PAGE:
Why Gamblers Should Dislike PelosiCare

Suppose you’re an amateur gambler. Say you’re a college student. You net $45,000 playing poker tournaments. When you determine your annual wins and losses you find that your gross winnings are $800,000 and your gross losses are $755,000. You take the losses as an itemized deduction, and you pay tax based on the $45,000 of income (less your exemption and any other itemized deductions).

Under the House Health Care Plan (aka PelosiCare), the hypothetical gambler would be hit with a 5.4% surtax on his $800,000 of Adjusted Gross Income, or $43,200. Ouch.

So let’s see what the taxes would be (using 2008 rates, except for PelosiCare):

Federal Income Tax: $6,113
California Income Tax: $1,907
PelosiCare Surtax: $43,200

Total Taxes: $51,220

Yes, an individual would owe $51,220 of tax on $45,000 of income; he would actually lose $6,220 by earning $45,000! Ignoring the substantive issues with health care reform, the tax portion of the legislation is mind-boggling. It would also lead to more amateur gamblers not reporting their true income (e.g. more tax evasion) and would lead to lower tax collections in the United States.

Hopefully this proposal (which apparently is now 43 pages longer–up to 2,033 pages!) will die and something that’s a lot more reasonable will take its place.


3 Responses to “Why Gamblers Should Dislike PelosiCare”

  1. Kevin says:

    Russ I’m surprised by the sloppiness of your example. The surtax only affects the marginal rate, so in your example the Surtax would be 300k*5.4% not 800k*5.4%. Also, the idea that a hobbyist would be able to rack up 800k in tournament entries during a year is pretty hilarious. Obviously the surtax goes away completely if your hypothetical student just files as a professional (as he undoubtedly should anyway given his volume of play) albeit at the cost of having to pay his SE tax.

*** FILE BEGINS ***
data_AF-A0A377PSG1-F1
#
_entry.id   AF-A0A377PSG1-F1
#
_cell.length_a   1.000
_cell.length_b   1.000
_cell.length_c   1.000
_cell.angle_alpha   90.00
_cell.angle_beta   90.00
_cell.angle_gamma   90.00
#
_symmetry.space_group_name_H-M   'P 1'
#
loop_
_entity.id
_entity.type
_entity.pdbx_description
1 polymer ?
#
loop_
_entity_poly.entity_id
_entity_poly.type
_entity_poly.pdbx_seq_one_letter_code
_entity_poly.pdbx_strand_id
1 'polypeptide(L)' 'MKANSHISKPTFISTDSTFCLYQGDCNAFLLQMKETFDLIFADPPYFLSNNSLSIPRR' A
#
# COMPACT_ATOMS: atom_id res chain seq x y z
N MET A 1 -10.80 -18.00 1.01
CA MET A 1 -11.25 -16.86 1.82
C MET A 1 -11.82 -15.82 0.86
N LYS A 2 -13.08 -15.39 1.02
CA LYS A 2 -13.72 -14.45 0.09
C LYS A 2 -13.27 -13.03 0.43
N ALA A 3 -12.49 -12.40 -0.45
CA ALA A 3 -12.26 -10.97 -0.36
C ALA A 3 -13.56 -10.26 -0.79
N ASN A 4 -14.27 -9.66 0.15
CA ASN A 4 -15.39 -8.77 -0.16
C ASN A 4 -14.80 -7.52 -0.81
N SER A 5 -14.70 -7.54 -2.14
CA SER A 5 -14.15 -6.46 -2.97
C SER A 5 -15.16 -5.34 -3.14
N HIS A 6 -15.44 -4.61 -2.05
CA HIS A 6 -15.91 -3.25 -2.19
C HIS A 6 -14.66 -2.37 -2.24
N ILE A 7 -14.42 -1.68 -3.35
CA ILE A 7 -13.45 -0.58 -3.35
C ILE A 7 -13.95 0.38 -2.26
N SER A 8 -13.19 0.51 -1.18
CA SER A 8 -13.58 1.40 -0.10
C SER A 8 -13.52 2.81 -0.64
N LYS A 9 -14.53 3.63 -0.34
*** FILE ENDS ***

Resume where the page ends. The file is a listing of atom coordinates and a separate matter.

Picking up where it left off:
• Russ says:

      In the original House legislation, the surtax began at the first dollar of income. I have been told that in the bill approved by the House yesterday that the surtax begins at $500,000 of income (single).

      The ability to file as an amateur or a professional depends on the facts and circumstances of each individual. Generally, a full-time student will have the option of choosing.

      But take an individual who works full-time (40 hours a week) and earns $150,000 from his day job. Suppose that same individual earns $50,000 net from playing poker tournaments. Each tournament is a separate session. It is quite possible for an individual to earn $800,000 of gross income but only $50,000 of net income. This is especially true for someone who specializes in sit-and-gos.

  2. Scott says:

    In 2006, playing baby tournaments ($3 and less), my gross winnings were $27,308. My net was just shy of $10,000. This was very, very part time.

    My point is that it’s rather easy to rack up huge amounts of action. Take your average $1 slot player on vacation in Las Vegas for a week. Assuming 12 pulls a minute, he will rack up just over $15,000 in action per day. In the course of 7 days, the total comes to $105,840. that’s a LOT of action, and it’s what he is comped for by the casino. Of that $105, 840, we can comfortably estimate his winnings at 97% (some slots pay out more, some less). that comes to $102, 664. Of course, his net is $3, 176. Yet his tax on the surcharge is 5.4% of his GROSS winnings. That totals $5,715. Under Pelosicare, he’s a $2,539 loser.